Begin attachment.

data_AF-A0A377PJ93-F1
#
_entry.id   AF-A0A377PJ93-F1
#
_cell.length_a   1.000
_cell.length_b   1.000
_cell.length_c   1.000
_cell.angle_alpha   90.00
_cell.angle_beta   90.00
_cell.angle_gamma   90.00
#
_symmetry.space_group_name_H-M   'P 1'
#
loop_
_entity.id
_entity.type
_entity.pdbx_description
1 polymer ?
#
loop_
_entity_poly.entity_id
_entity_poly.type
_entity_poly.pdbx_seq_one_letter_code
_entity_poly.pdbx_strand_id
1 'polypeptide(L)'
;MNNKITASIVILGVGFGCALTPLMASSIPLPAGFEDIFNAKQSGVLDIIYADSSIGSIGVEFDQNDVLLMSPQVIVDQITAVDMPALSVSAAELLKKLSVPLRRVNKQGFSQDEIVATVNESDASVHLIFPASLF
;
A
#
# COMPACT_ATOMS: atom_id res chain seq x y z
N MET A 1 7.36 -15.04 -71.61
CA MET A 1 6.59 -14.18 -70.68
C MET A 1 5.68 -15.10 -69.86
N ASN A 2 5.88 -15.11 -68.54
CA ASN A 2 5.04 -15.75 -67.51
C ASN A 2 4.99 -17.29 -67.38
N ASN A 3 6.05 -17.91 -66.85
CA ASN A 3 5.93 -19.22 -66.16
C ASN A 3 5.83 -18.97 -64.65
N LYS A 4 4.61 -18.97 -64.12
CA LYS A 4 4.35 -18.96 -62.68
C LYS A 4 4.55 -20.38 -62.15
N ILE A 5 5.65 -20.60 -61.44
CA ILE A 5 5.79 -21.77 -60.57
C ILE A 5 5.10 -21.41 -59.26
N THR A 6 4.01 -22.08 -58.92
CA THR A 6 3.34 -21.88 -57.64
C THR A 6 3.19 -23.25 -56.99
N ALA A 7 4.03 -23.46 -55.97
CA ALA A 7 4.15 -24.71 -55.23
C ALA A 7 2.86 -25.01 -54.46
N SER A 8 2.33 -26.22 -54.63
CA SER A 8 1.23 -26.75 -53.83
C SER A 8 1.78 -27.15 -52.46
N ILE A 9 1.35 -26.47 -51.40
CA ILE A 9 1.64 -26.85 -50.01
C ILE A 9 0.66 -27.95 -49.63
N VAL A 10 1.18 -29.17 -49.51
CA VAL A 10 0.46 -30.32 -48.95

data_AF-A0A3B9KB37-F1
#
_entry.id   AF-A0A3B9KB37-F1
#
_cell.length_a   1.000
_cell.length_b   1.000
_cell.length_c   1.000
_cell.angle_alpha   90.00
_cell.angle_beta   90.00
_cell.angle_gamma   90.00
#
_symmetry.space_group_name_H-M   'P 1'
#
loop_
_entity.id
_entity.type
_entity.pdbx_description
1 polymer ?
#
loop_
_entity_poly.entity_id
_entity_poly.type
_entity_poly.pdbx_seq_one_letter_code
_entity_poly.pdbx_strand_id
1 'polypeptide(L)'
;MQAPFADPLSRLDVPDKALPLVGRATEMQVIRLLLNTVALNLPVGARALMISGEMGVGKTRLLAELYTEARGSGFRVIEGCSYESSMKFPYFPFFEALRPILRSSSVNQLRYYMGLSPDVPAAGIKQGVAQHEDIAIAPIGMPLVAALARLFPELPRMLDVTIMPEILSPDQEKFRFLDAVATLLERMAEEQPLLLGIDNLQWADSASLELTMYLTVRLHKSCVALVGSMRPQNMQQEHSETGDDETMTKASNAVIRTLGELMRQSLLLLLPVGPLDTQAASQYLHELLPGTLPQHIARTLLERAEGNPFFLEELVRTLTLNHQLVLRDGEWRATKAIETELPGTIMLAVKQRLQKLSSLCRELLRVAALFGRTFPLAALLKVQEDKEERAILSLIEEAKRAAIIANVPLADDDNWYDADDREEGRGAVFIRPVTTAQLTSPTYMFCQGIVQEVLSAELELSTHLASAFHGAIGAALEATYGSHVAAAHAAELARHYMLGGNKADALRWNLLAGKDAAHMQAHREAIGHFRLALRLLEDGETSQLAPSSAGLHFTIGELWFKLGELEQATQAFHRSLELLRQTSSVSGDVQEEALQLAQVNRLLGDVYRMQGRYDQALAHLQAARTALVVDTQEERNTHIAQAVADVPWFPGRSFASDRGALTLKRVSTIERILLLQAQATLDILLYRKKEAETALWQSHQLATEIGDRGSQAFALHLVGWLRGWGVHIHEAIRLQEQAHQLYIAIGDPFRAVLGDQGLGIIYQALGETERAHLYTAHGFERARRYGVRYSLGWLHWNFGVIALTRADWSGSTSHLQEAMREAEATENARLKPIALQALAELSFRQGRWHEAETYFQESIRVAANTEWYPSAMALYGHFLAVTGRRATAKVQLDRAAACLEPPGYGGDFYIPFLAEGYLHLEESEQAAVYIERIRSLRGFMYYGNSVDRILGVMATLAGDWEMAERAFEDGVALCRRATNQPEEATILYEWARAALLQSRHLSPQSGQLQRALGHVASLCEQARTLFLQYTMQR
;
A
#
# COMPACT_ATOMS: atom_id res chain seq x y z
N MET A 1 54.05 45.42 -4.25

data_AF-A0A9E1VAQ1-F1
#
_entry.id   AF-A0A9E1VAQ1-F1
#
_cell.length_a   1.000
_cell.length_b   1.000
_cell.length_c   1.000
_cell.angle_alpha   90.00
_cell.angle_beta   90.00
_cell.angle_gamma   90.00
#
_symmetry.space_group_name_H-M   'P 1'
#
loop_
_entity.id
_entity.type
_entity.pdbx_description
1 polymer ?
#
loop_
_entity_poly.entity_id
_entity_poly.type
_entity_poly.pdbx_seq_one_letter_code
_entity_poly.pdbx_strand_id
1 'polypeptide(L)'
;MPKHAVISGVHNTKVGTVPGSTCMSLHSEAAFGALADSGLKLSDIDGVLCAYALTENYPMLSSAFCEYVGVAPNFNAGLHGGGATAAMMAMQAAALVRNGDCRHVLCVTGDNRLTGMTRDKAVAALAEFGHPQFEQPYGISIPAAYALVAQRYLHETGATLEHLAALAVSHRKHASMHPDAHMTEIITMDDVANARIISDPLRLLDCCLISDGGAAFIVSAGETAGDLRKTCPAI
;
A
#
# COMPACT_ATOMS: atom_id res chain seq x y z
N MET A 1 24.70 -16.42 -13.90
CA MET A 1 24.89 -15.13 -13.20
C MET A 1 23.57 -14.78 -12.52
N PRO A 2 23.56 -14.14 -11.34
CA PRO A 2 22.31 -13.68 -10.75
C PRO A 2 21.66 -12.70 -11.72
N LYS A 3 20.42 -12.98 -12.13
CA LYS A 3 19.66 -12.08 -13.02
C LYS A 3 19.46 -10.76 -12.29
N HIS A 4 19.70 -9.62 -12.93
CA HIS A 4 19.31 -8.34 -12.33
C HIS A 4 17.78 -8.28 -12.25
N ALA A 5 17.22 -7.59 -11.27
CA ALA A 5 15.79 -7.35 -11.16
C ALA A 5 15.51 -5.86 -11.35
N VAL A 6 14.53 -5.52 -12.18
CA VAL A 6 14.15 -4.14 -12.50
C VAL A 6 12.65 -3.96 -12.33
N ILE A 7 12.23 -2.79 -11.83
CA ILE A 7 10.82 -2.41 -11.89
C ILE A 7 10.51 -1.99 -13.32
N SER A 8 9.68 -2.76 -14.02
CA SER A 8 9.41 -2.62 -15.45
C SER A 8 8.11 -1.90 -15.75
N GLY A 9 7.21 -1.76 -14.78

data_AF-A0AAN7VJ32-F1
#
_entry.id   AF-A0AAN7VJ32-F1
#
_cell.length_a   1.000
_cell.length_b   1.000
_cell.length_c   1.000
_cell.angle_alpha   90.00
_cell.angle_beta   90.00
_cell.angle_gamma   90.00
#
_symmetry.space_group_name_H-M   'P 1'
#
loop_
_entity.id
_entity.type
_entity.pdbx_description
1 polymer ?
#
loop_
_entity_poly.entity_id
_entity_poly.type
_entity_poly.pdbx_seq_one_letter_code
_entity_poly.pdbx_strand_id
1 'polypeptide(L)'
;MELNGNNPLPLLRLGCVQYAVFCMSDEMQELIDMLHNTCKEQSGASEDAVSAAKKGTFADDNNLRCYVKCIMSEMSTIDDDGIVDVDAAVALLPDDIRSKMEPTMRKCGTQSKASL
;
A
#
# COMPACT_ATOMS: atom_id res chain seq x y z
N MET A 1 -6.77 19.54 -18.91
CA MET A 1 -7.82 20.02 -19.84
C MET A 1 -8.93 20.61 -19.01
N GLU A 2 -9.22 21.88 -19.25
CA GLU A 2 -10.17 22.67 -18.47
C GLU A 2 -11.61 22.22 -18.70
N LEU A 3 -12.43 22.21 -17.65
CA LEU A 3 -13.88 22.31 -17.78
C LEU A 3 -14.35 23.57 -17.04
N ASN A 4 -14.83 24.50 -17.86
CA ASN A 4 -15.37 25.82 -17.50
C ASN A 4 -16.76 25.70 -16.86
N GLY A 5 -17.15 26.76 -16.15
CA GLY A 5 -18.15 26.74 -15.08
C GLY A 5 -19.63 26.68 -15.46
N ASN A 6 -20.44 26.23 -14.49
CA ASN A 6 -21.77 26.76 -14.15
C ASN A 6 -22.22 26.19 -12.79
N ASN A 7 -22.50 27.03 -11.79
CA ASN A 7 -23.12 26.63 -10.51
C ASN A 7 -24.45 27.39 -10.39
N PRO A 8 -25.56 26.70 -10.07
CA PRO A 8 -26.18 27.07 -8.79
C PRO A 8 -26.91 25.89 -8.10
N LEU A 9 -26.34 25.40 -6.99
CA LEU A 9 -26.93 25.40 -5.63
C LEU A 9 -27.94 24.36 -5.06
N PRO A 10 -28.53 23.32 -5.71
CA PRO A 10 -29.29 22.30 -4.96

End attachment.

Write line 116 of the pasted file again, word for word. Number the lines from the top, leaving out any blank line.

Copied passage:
;MPKHAVISGVHNTKVGTVPGSTCMSLHSEAAFGALADSGLKLSDIDGVLCAYALTENYPMLSSAFCEYVGVAPNFNAGLHGGGATAAMMAMQAAALVRNGDCRHVLCVTGDNRLTGMTRDKAVAALAEFGHPQFEQPYGISIPAAYALVAQRYLHETGATLEHLAALAVSHRKHASMHPDAHMTEIITMDDVANARIISDPLRLLDCCLISDGGAAFIVSAGETAGDLRKTCPAI